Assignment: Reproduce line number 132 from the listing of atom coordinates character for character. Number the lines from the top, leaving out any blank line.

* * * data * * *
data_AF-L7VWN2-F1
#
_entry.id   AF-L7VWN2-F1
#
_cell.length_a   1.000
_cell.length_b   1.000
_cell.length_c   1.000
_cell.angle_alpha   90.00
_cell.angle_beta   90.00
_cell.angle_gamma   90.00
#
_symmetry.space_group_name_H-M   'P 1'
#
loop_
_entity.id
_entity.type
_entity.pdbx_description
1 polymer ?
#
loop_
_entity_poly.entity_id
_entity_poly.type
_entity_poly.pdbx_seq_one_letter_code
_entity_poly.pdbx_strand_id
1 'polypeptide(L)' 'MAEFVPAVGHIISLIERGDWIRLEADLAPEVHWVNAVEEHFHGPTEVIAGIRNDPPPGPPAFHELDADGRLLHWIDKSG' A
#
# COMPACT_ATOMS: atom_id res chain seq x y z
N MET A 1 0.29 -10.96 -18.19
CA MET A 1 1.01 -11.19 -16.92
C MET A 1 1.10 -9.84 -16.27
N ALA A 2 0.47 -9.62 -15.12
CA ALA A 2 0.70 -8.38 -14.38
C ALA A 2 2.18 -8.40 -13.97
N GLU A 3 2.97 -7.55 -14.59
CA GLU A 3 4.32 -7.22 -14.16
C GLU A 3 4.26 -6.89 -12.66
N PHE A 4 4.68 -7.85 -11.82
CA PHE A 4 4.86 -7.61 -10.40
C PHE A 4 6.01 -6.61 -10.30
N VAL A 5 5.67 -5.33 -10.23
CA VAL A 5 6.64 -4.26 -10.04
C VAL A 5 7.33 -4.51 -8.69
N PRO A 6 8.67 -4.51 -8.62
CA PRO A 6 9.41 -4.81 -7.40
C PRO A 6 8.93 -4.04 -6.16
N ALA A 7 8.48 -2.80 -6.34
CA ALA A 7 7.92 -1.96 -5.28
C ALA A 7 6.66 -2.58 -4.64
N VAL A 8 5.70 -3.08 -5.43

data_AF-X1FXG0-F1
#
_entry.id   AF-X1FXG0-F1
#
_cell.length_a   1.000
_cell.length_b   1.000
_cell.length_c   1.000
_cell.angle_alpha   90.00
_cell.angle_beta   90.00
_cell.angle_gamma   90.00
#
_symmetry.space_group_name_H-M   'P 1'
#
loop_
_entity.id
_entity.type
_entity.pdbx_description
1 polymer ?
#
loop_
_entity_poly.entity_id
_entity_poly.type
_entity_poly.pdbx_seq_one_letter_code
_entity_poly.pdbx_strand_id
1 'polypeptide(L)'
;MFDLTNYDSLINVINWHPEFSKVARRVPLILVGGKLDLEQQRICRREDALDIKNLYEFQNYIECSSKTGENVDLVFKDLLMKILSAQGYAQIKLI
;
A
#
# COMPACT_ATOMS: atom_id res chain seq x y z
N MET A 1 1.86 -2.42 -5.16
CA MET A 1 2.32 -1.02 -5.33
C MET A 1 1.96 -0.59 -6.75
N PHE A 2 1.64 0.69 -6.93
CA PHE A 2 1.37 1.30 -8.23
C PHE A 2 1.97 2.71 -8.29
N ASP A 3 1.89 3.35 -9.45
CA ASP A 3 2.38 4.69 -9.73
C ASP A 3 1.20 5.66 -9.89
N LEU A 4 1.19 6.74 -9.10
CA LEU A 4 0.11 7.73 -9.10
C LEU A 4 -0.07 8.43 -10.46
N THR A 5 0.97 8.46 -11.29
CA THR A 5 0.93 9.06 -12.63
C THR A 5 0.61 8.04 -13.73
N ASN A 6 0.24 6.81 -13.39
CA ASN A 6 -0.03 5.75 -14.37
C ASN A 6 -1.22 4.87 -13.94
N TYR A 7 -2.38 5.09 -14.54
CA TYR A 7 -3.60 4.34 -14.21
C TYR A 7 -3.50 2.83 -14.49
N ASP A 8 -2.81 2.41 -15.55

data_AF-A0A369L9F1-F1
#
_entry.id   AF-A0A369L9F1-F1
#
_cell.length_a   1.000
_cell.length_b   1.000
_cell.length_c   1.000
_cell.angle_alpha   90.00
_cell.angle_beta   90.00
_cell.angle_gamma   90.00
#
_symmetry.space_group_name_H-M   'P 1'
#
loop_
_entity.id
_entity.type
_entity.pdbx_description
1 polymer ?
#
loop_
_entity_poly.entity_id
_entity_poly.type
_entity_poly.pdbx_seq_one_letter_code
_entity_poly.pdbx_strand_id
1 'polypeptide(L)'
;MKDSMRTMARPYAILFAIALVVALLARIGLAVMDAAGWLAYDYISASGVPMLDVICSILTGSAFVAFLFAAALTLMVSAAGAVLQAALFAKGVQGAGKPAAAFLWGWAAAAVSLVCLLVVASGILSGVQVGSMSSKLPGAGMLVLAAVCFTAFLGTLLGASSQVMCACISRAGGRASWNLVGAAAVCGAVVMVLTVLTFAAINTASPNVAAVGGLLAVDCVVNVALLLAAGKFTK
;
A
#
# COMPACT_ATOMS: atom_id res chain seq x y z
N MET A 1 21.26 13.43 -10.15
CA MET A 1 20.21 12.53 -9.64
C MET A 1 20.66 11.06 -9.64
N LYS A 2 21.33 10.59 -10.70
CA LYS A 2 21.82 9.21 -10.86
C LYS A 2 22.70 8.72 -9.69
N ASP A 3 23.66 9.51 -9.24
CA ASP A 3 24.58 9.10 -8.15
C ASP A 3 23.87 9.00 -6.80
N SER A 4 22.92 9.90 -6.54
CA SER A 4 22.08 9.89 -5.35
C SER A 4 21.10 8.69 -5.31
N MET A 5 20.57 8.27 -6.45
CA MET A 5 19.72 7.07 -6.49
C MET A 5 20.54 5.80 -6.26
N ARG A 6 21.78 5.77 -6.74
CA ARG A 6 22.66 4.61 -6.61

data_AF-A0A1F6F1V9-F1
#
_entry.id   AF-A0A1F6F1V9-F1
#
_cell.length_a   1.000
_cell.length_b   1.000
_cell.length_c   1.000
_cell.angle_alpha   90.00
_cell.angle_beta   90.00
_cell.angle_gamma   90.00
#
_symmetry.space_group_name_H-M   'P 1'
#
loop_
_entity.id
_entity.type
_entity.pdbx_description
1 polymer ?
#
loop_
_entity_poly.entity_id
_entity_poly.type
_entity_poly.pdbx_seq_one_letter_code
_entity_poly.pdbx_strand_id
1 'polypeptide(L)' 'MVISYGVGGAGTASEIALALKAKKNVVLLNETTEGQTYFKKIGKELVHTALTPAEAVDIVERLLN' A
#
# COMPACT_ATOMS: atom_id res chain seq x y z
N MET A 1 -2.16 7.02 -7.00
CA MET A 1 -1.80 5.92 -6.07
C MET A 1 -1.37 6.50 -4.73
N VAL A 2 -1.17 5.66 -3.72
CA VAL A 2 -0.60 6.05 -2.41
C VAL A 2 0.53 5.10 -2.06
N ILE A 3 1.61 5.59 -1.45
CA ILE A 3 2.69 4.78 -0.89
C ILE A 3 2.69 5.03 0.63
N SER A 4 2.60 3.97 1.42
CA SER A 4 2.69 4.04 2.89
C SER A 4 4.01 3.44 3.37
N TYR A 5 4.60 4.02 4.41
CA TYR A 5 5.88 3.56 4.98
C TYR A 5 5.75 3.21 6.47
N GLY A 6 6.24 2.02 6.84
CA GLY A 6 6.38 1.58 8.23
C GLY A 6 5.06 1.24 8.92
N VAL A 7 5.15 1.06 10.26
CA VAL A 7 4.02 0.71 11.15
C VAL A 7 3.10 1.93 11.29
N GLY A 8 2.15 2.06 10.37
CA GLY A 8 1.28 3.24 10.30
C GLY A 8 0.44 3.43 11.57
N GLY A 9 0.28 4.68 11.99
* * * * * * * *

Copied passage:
N MET A 1 21.26 13.43 -10.15